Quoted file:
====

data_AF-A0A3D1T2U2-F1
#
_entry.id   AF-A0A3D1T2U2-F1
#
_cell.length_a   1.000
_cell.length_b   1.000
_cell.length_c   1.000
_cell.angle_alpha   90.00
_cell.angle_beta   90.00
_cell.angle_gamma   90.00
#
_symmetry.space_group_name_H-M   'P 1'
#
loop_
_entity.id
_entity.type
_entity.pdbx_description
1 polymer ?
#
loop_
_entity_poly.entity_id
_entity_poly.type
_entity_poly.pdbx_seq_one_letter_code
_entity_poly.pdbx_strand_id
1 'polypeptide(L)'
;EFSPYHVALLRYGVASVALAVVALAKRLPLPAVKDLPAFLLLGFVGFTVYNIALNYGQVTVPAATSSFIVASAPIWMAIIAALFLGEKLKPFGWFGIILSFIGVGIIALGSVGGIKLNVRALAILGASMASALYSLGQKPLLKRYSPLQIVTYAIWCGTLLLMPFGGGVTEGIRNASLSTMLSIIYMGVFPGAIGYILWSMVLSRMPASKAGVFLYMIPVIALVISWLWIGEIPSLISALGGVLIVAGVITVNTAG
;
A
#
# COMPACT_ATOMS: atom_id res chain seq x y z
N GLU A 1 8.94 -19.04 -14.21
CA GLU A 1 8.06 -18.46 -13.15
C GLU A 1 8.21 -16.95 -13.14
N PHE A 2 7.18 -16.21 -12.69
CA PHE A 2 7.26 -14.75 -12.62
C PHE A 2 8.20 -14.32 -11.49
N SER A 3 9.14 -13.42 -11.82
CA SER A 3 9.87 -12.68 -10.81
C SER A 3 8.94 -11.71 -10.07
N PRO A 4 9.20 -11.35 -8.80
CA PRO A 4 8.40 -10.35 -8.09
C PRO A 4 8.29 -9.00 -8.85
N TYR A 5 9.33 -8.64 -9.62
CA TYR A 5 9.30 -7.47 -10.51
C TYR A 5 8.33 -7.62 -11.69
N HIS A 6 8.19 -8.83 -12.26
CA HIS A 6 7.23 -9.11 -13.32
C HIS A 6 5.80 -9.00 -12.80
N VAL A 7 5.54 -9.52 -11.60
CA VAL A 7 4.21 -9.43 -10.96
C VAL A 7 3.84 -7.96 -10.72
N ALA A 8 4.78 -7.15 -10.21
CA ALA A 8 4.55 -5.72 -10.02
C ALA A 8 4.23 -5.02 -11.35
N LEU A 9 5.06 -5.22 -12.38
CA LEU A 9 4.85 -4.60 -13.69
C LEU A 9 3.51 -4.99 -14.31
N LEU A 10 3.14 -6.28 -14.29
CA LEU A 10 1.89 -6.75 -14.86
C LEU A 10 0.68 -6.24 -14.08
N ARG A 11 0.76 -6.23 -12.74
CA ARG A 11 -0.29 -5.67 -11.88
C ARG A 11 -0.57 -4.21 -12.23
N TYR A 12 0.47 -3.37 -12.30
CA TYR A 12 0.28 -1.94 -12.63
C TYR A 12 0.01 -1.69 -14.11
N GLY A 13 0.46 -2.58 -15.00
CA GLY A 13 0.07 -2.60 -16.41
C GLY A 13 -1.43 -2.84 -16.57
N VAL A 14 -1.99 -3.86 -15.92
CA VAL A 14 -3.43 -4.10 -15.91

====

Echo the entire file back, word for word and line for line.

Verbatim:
data_AF-A0A3D1T2U2-F1
#
_entry.id   AF-A0A3D1T2U2-F1
#
_cell.length_a   1.000
_cell.length_b   1.000
_cell.length_c   1.000
_cell.angle_alpha   90.00
_cell.angle_beta   90.00
_cell.angle_gamma   90.00
#
_symmetry.space_group_name_H-M   'P 1'
#
loop_
_entity.id
_entity.type
_entity.pdbx_description
1 polymer ?
#
loop_
_entity_poly.entity_id
_entity_poly.type
_entity_poly.pdbx_seq_one_letter_code
_entity_poly.pdbx_strand_id
1 'polypeptide(L)'
;EFSPYHVALLRYGVASVALAVVALAKRLPLPAVKDLPAFLLLGFVGFTVYNIALNYGQVTVPAATSSFIVASAPIWMAIIAALFLGEKLKPFGWFGIILSFIGVGIIALGSVGGIKLNVRALAILGASMASALYSLGQKPLLKRYSPLQIVTYAIWCGTLLLMPFGGGVTEGIRNASLSTMLSIIYMGVFPGAIGYILWSMVLSRMPASKAGVFLYMIPVIALVISWLWIGEIPSLISALGGVLIVAGVITVNTAG
;
A
#
# COMPACT_ATOMS: atom_id res chain seq x y z
N GLU A 1 8.94 -19.04 -14.21
CA GLU A 1 8.06 -18.46 -13.15
C GLU A 1 8.21 -16.95 -13.14
N PHE A 2 7.18 -16.21 -12.69
CA PHE A 2 7.26 -14.75 -12.62
C PHE A 2 8.20 -14.32 -11.49
N SER A 3 9.14 -13.42 -11.82
CA SER A 3 9.87 -12.68 -10.81
C SER A 3 8.94 -11.71 -10.07
N PRO A 4 9.20 -11.35 -8.80
CA PRO A 4 8.40 -10.35 -8.09
C PRO A 4 8.29 -9.00 -8.85
N TYR A 5 9.33 -8.64 -9.62
CA TYR A 5 9.30 -7.47 -10.51
C TYR A 5 8.33 -7.62 -11.69
N HIS A 6 8.19 -8.83 -12.26
CA HIS A 6 7.23 -9.11 -13.32
C HIS A 6 5.80 -9.00 -12.80
N VAL A 7 5.54 -9.52 -11.60
CA VAL A 7 4.21 -9.43 -10.96
C VAL A 7 3.84 -7.96 -10.72
N ALA A 8 4.78 -7.15 -10.21
CA ALA A 8 4.55 -5.72 -10.02
C ALA A 8 4.23 -5.02 -11.35
N LEU A 9 5.06 -5.22 -12.38
CA LEU A 9 4.85 -4.60 -13.69
C LEU A 9 3.51 -4.99 -14.31
N LEU A 10 3.14 -6.28 -14.29
CA LEU A 10 1.89 -6.75 -14.86
C LEU A 10 0.68 -6.24 -14.08
N ARG A 11 0.76 -6.23 -12.74
CA ARG A 11 -0.29 -5.67 -11.88
C ARG A 11 -0.57 -4.21 -12.23
N TYR A 12 0.47 -3.37 -12.30
CA TYR A 12 0.28 -1.94 -12.63
C TYR A 12 0.01 -1.69 -14.11
N GLY A 13 0.46 -2.58 -15.00
CA GLY A 13 0.07 -2.60 -16.41
C GLY A 13 -1.43 -2.84 -16.57
N VAL A 14 -1.99 -3.86 -15.92
CA VAL A 14 -3.43 -4.10 -15.91